The Oklahoma City Thunder were robbed by Russell Westbrook’s injury last season, so you know they’re chomping at the bit with championship-tinted glasses focused on the upcoming 2014 NBA playoffs. The problem? Navigating the treacherous waters of the very deep and talented Western Conference will be no easy feat.
There is still plenty of time for movement in the standings, but here’s a ranking of the most favorable first-round matchups awaiting the Thunder. There are nine teams realistically in the hunt for a playoff spot, and the Thunder are going to secure a top-three seed in all likelihood.
|Playoff Picture in the West|
|1||San Antonio Spurs||58-16||-|
|2||Oklahoma City Thunder||54-19||3.5|
|3||Los Angeles Clippers||53-22||5.5|
|6||Golden State Warriors||45-28||12.5|
As a result, the most probable matchups are the last four teams on that table—and that’s whom we’re going to look at right now. The hypothetical series are ranked by the risk of an upset (from most favorable matchup to least favorable), although it’s important to keep in mind that—obviously—OKC is the favorite in all of these series.
4. Phoenix Suns (Most Favorable)
The Phoenix Suns have been one of the surprises of the year and one of the most exciting teams in the NBA when fully healthy—but this would be the easiest series for the Thunder by far.
For starters, the Suns don’t have a lot of depth or talent on the wings. Both P.J. Tucker and Gerald Green have been fantastic this year—with Green emerging as a legitimate candidate for the Most Improved Player award—but they don’t have the size to deal with Kevin Durant, who would eviscerate them in a series.
Additionally, this Phoenix team has no experience on a stage like the NBA playoffs, which is a big disadvantage against a grizzled and battle-tested group like the Thunder.
|Season Series: Phoenix Suns|
|Date||Oklahoma City Thunder||Phoenix Suns|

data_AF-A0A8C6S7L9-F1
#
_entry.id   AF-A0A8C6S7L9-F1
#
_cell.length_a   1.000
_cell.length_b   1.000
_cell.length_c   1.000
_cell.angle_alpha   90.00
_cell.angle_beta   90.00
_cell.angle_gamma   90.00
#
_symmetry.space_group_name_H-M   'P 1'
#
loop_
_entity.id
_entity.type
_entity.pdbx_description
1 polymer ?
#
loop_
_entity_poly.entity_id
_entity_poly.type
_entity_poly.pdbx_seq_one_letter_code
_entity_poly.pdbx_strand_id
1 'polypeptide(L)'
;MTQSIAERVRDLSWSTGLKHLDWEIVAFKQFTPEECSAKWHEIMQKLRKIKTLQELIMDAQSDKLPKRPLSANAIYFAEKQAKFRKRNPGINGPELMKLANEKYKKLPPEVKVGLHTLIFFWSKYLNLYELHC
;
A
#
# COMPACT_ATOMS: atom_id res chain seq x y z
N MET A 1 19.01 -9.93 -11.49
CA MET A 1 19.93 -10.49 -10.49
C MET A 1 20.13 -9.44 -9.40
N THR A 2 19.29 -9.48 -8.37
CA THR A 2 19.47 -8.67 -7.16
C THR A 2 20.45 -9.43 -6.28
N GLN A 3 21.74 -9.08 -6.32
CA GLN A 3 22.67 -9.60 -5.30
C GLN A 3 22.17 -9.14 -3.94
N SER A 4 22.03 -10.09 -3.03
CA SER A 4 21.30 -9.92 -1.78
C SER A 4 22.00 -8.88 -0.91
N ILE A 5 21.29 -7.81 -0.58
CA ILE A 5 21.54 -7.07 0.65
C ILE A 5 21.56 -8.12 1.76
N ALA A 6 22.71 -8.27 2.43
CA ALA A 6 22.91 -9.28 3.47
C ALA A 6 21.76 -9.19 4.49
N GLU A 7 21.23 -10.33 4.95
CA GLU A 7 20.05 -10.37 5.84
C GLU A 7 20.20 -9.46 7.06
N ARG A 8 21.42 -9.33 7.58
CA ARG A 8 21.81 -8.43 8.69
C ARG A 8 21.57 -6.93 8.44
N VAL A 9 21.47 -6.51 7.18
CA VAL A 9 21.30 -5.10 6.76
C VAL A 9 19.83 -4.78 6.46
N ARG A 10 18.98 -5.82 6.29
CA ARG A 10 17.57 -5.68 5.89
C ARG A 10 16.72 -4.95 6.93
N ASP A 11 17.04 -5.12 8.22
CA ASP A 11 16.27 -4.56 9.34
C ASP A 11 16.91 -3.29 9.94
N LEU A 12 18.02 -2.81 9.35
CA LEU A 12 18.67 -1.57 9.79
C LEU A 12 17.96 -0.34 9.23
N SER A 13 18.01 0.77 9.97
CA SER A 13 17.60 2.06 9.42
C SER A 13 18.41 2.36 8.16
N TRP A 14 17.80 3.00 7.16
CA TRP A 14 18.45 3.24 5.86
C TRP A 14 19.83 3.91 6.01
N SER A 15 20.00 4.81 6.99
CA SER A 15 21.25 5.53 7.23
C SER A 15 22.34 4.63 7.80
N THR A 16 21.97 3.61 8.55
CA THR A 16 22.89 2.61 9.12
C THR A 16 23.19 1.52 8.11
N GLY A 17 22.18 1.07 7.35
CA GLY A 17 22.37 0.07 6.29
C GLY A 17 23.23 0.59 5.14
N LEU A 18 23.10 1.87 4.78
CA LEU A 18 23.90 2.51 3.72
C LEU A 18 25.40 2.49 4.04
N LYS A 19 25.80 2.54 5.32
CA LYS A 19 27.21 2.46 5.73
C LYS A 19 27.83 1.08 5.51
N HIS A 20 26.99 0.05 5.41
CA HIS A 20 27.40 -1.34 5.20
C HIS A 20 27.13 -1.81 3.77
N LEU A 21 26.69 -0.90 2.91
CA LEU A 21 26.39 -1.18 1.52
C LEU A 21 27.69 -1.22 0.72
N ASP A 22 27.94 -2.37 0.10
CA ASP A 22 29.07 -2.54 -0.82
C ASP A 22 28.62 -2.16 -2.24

The duo of Eric Bledsoe and Goran Dragic is relentless, but Phoenix doesn’t have the depth or talent to take down OKC in the playoffs.
The Memphis Grizzlies are only out of the playoff picture because Marc Gasol missed 23 games due to injury. Since Gasol has rejoined the lineup, the Grizzlies are 27-11 (.715), meaning that they are still a tough out even without head coach Lionel Hollins.
Size is still their forte, and they are the fourth-best team in points in the paint (47.4) in the league according to TeamRankings.com.
But size isn’t a huge problem for the Thunder. They give up the seventh-fewest points in the paint (39.5) per TeamRankings.com and have more able big bodies than they've had in the past with a four-man rotation of Kendrick Perkins, Serge Ibaka, Nick Collison and Steven Adams throwing their weight around in the paint.
|Season Series: Memphis Grizzlies|
|Date||Oklahoma City Thunder||Memphis Grizzlies|
Additionally, while Tony Allen is still an all-world defender, he can’t match the size of Kevin Durant, and Tayshaun Prince is about four years past his prime.
The result has been OKC winning the season series, 3-1, with Gasol playing in three of those matchups. It won’t be easy by any means, but the Grizzlies can’t harass Durant and they can’t shoot the three-pointer well (19th in NBA at 35.3 percent via ESPN).